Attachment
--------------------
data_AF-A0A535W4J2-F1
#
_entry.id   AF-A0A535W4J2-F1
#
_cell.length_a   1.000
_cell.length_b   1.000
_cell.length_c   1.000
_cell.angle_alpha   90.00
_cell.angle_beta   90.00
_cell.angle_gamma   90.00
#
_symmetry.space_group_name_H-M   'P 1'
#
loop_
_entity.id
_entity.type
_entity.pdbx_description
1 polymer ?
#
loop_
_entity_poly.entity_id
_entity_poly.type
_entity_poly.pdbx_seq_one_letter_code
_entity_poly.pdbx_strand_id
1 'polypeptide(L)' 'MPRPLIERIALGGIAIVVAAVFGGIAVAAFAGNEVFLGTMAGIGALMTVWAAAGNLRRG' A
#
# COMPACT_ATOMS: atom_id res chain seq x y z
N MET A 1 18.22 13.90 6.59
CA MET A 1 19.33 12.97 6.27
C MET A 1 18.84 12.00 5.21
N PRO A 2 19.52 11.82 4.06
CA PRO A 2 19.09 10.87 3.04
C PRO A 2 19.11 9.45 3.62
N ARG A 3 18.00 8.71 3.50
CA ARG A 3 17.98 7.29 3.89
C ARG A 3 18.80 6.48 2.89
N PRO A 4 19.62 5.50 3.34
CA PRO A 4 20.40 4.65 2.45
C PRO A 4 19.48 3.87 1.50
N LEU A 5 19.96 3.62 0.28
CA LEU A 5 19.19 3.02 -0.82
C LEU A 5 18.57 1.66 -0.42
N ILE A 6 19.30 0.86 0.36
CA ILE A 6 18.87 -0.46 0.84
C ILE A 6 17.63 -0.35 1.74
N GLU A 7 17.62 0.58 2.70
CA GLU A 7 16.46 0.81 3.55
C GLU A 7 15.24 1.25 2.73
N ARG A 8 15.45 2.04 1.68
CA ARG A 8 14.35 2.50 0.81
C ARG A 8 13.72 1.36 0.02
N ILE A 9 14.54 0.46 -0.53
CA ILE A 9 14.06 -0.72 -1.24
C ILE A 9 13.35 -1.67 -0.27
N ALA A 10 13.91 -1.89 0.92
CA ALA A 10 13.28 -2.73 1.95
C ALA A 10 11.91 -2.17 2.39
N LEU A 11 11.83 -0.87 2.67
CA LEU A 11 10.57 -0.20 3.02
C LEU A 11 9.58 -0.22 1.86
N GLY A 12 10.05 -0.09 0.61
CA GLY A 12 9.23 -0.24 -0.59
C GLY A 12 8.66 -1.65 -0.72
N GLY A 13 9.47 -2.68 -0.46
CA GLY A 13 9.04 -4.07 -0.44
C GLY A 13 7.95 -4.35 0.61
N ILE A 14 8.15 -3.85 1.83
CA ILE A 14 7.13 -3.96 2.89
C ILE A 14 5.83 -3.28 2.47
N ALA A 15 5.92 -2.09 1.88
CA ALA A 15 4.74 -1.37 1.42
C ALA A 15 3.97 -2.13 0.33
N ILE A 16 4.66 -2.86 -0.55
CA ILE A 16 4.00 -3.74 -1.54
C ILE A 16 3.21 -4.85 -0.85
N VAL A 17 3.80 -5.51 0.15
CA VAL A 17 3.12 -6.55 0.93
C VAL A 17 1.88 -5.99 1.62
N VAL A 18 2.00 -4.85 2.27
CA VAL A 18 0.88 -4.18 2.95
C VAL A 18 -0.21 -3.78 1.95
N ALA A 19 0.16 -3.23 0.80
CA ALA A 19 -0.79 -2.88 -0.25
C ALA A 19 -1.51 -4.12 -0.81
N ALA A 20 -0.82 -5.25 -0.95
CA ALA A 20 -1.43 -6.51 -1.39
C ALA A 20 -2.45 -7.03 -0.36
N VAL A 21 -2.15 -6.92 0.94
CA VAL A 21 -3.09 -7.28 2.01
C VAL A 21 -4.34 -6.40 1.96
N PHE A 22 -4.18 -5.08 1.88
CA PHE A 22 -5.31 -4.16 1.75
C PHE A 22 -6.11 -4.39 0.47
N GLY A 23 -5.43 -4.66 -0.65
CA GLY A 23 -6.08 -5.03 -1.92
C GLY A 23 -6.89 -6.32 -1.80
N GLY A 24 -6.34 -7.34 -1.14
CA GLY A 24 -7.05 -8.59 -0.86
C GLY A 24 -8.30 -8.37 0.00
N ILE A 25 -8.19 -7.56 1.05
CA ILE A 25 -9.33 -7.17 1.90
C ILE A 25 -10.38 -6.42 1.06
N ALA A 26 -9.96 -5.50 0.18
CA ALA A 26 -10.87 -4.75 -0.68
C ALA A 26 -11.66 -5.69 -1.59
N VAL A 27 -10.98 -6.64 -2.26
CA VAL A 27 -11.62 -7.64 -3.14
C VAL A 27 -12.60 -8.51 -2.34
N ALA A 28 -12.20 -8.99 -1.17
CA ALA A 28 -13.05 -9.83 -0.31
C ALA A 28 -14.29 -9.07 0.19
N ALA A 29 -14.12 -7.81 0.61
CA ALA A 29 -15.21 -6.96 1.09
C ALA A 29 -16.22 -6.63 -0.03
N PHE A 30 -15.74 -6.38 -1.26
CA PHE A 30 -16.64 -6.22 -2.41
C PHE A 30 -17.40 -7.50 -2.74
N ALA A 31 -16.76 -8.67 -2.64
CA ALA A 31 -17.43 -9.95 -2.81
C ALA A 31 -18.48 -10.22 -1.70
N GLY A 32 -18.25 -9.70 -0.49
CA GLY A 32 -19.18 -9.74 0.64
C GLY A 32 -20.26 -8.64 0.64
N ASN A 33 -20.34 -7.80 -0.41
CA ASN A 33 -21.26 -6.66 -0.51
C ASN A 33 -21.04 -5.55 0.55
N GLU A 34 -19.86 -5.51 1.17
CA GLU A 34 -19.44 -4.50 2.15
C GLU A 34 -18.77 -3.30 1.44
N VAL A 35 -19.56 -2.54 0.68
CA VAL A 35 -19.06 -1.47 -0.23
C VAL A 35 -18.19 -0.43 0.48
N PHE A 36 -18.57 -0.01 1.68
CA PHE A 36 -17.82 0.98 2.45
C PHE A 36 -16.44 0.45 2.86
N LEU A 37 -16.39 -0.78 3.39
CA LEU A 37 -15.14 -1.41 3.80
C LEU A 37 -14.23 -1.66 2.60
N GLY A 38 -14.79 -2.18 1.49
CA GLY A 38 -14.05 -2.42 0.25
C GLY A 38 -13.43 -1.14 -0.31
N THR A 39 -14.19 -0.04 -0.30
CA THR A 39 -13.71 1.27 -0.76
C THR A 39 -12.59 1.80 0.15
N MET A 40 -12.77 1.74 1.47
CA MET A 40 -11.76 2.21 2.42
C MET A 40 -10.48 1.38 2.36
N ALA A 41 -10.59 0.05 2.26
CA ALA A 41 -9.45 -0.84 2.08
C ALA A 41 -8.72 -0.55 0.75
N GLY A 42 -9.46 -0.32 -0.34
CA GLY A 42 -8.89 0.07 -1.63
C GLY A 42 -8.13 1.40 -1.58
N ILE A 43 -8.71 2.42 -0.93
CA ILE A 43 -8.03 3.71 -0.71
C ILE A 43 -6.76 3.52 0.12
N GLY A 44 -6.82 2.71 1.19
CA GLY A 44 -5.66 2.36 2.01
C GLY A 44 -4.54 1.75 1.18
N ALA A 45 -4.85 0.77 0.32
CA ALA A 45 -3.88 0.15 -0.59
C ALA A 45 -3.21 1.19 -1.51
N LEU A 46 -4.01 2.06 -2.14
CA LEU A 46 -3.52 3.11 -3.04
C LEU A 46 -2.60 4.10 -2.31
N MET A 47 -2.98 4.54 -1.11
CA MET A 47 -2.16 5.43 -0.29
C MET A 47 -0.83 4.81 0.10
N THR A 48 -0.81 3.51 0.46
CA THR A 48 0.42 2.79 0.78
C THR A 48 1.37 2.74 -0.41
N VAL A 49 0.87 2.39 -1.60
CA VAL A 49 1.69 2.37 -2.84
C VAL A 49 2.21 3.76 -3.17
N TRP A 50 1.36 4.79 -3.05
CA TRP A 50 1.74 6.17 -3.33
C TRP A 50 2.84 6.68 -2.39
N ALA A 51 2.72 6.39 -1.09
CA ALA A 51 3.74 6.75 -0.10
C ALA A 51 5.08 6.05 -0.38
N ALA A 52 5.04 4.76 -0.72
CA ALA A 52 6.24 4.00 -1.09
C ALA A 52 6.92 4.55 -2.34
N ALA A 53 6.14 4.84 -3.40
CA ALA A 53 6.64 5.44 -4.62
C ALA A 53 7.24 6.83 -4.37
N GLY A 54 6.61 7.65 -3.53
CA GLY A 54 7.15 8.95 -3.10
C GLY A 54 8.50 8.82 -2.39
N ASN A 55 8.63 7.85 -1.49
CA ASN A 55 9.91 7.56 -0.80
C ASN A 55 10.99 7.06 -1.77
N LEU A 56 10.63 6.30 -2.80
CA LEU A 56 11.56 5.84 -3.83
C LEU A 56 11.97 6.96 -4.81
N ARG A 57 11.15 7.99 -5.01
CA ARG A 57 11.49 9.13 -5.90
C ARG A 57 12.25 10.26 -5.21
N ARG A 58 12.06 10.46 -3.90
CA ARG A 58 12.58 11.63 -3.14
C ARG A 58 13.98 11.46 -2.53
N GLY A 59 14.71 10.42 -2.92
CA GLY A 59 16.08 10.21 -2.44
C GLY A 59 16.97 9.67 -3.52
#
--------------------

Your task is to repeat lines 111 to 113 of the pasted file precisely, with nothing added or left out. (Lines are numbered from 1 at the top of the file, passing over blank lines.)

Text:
C ALA A 28 -14.29 -9.07 0.19
N ALA A 29 -14.12 -7.81 0.61
CA ALA A 29 -15.21 -6.96 1.09